As the Mountain State’s flagship, land-grant institution, West Virginia University is dedicated to improving the lives of West Virginians. At the same time, as a major research institution, WVU’s reach is global, and its faculty travel the world in pursuit of knowledge and discovery.
That global reach will be in the spotlight at an International Research Symposium scheduled for 12:30 p.m. to 5 p.m. Friday, Oct. 21, in room 101 of the National Research Center for Coal and Energy on WVU’s Evansdale Campus.
Sponsored by WVU’s Environmental Research Center, Peace Corps Master’s International program, Office of International Programs and Office of Graduate Education and Life, the symposium will gather scholars from a host of disciplines to share their expertise with colleagues and the public. Topics will range from bird ecology in Kamchatka to free-trade coffee in Nicaragua, and from pulsar timing arrays to cancer screening and treatment.
Faculty from WVU’s Davis College of Agriculture, Natural Resources and Design, Eberly College of Arts and Sciences, Robert C. Byrd Health Sciences Center and WVU Extension Service will present at the event.
“A key goal of WVU’s 2020 Strategic Plan for the Future is to promote global engagement and awareness, and this symposium will showcase some of the many ways WVU is realizing that goal,” said Todd Petty, associate professor of wildlife and fisheries resources, one of the event’s organizers.
“Our objective with the symposium is to highlight the diversity of research being conducted by WVU scholars in locations around the world,” Petty added.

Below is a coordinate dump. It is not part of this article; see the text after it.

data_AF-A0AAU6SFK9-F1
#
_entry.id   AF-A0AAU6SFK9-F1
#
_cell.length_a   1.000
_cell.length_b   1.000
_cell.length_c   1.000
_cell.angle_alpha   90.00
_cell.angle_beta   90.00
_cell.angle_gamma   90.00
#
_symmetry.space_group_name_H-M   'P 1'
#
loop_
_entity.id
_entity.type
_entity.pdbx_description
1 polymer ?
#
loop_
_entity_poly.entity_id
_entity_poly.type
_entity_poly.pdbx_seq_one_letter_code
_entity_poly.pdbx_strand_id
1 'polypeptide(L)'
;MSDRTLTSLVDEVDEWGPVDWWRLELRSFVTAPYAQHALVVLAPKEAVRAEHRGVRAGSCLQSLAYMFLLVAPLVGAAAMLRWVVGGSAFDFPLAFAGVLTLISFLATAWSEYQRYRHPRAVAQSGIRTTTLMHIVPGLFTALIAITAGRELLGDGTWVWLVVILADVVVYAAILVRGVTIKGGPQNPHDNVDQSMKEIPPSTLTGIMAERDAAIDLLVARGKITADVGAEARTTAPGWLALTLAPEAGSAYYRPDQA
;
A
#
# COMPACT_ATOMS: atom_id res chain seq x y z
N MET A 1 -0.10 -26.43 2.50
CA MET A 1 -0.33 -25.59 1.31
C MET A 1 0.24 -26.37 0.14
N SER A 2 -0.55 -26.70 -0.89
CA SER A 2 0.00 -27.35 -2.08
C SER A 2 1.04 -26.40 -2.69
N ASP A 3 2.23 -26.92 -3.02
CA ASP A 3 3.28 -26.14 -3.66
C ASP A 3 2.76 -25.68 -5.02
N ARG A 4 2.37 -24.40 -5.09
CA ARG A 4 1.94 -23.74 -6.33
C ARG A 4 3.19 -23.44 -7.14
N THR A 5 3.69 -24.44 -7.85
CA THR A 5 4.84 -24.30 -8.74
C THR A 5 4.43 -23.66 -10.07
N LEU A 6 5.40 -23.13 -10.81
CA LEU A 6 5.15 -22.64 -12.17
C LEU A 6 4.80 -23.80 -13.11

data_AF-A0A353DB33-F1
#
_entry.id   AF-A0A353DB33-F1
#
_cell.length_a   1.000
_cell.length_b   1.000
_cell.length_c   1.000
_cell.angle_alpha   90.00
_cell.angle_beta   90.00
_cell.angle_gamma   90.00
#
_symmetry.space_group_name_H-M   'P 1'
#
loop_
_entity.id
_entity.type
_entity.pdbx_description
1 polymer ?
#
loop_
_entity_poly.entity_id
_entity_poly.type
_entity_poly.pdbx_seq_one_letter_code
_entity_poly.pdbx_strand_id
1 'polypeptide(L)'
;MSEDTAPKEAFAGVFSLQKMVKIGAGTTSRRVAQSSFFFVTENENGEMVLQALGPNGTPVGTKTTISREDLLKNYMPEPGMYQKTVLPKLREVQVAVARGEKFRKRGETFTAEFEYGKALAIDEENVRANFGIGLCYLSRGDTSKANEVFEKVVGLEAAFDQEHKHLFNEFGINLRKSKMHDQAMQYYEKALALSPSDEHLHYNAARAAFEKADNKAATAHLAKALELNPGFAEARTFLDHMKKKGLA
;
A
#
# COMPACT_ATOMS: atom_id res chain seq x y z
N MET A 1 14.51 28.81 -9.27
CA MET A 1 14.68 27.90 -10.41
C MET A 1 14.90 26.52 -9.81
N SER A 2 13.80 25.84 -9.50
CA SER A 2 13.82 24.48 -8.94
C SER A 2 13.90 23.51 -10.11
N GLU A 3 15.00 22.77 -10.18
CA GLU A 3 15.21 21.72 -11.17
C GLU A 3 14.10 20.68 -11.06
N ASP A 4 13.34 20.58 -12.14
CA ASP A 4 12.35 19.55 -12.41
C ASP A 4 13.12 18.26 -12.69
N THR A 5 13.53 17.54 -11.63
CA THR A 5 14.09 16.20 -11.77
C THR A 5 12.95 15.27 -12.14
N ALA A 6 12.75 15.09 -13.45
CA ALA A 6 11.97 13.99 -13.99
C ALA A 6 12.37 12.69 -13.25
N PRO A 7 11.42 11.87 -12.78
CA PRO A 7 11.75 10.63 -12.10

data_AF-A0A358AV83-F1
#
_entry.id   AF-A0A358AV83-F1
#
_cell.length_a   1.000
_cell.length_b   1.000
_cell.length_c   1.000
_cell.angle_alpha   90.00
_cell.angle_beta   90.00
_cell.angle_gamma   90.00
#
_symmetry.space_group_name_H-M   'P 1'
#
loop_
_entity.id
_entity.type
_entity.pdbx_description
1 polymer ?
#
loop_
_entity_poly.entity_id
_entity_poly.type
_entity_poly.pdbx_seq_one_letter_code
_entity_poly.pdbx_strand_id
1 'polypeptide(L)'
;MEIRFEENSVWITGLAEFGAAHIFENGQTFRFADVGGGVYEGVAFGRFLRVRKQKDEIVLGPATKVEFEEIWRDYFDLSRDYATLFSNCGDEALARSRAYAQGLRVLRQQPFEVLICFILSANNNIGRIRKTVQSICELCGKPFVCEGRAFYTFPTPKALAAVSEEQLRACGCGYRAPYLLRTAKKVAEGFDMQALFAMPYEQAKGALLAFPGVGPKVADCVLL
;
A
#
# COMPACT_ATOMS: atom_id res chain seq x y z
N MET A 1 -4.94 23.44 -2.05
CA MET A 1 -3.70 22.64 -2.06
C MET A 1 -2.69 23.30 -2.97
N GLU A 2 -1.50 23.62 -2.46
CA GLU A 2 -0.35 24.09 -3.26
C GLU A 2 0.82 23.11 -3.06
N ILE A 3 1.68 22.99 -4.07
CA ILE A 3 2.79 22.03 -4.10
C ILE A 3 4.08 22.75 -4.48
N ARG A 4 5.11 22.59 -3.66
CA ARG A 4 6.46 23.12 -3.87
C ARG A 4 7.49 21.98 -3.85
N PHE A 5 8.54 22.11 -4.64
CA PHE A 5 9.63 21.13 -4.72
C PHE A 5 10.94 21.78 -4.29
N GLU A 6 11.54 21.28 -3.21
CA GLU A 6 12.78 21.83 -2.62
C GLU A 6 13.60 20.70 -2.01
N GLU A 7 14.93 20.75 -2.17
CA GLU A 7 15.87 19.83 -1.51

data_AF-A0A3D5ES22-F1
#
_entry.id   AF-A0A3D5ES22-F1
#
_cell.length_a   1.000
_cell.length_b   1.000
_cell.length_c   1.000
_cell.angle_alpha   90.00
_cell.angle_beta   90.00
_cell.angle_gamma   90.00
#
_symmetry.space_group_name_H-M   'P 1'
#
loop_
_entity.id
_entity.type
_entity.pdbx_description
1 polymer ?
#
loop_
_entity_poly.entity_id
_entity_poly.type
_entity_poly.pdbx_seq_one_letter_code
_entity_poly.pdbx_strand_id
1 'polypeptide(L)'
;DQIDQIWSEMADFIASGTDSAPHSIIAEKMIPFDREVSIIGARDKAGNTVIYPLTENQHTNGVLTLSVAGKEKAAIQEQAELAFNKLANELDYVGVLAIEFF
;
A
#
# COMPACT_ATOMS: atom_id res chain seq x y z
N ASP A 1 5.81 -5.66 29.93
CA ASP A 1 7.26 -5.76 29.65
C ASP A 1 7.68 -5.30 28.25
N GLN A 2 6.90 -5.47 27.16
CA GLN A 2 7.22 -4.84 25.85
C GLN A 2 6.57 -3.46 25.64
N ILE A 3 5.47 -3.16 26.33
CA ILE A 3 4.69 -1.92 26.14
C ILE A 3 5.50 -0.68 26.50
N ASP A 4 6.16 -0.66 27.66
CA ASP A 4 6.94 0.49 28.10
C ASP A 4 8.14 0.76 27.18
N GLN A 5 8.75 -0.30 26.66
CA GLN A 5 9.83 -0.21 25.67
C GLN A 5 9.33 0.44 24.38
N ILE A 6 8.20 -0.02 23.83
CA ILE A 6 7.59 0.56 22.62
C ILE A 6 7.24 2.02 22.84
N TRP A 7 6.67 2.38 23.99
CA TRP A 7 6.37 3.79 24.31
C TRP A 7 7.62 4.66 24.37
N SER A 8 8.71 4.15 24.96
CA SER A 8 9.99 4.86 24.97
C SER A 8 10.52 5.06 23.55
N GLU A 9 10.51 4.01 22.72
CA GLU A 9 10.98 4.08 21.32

Two significant anniversaries also played a role in the conception of the symposium: WVU’s year-long celebration of the 150th anniversary of the Morrill Land-Grant Colleges Act and the 50th anniversary of the Peace Corps.
“Part of WVU’s role as a land-grant university is to bring the world to our students and our state, and to encourage our faculty, staff, and students to go out into the world and make it better,” Petty said. “That’s also at the core of the mission of the Peace Corps, bringing valuable skill sets to developing communities to improve quality of life and increase opportunity.”
Symposium participants will observe the 50th anniversary of the Corps and meet the first cohort of students in the Peace Corps Master’s International program, which combines graduate education and preparation for service as a Peace Corps volunteer.
The symposium is free and open to the public. For more information, contact Petty at 304-293-2278 or email@example.com. For a full schedule of symposium speakers, please visit http://peacecorps.davis.wvu.edu/home/symposium.
CONTACT: David Welsh, Davis College of Agriculture, Natural Resources and Design
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